Toothpaste Comparison Lab
Sara Pate ‘21 | Major: Nursing
Paige Phelps ‘21 | Major: Nursing
Emily Owen ‘21 | Major: Nursing
Mentor: Kimberly Hale, Ph.D., Professor of Biological Sciences
Abstract: The project we would like to present is on toothpaste comparison, with a beginning question of which works better and why. Before an individual can understand which toothpaste works better and has the ability to kill more pathogens that are living in the human mouth, it is important to understand the history of why there is such a need to brush one’s teeth. Many people might believe that brushing your teeth may be a relatively new idea with modern medicine and modern hygiene routines, but it has actually to have been dated back to around 500 B.C. By understanding the history of toothpaste and how it has been made over the years, it is important to investigate how we have come so far to create toothpastes that can control microbial growth.
When an individual is looking for a toothpaste to use, there are many factors that one can look at in order to provide the best oral care outcome. When looking at toothpastes, people can look at how abrasive the toothpaste ingredients are, the fluoride content, if there are any whitening factors present, and what factors it contains to prevent tartar. It is also important for the toothpaste consumer to observe what qualities they are specifically looking for in a toothpaste that can create the most positive outcome in regards to oral health and hygiene.
Out of all the previously listed toothpaste considerations, fluoride is the ingredient the consumer should look for when trying to reduce the amounts of microbial growth. With this belief that toothpastes that contain fluoride are more susceptible in decreasing microbial growth of harmful bacteria in the human mouth, this project is based on the idea that the higher amount of fluoride content in toothpaste, relates directly to the decrease of microbial growth.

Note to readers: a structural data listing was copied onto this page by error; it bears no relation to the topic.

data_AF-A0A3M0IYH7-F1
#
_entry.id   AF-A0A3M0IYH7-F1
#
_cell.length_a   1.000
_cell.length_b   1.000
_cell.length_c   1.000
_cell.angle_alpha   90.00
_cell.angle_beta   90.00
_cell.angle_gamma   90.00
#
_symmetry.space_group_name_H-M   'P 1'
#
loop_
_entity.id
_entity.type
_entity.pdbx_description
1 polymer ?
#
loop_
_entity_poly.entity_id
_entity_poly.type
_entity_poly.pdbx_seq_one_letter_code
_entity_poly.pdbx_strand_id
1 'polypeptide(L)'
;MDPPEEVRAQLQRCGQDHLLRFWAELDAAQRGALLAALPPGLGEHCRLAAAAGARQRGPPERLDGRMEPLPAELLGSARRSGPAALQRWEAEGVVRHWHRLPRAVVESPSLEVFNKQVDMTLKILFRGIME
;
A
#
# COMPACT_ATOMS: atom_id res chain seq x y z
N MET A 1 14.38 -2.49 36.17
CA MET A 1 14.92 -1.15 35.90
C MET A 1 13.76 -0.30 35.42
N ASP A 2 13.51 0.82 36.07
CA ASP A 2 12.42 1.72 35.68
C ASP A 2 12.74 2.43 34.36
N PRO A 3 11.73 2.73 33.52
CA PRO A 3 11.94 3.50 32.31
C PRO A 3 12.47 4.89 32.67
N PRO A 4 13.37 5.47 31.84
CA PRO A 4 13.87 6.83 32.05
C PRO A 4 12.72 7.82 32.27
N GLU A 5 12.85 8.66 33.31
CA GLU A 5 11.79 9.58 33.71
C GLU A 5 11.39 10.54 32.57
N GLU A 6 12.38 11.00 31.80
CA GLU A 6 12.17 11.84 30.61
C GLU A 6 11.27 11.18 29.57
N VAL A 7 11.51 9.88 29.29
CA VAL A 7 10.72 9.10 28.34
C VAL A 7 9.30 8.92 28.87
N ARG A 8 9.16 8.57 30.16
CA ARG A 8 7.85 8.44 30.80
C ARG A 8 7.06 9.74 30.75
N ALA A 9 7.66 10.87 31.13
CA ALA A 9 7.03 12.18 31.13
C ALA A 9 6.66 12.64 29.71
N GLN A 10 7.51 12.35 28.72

Our group hypothesized that the Aquafresh toothpaste will clean the teeth and leave the least amount of bacteria on the teeth due to it having the highest concentration of sodium fluoride. Knowing that fluoride is a coating used on the outside of the teeth to prevent tooth decay, cavities, and oral bacteria growth, we decided that the toothpaste with the highest concentration of fluoride would show the best results at preventing microbial growth.
The toothpastes we decided to use were Crest, Colgate, Young Living, and Aquafresh, and each of them had a different concentration percentage of sodium fluoride. Aquafresh had a concentration percentage of 0.25%. Aquafresh, having the highest percentage of sodium fluoride measured at 0.25% involved in its makeup, was decided by the group to be the one that was chosen to produce the best results for cleaning one’s teeth.
We used the zone of inhibition method to test out this hypothesis, and we concluded that our thoughts were correct. Aquafresh produced the best results measuring a zone of inhibition average of 4.6 mm. Fluoride is a natural component in your teeth, and, when used in dentistry, helps to strengthen enamel and prevent cavities and their microorganisms from invading. While there were many variables present, we believe our project results to be conclusive in showing the effectiveness of fluoride in cleaning teeth.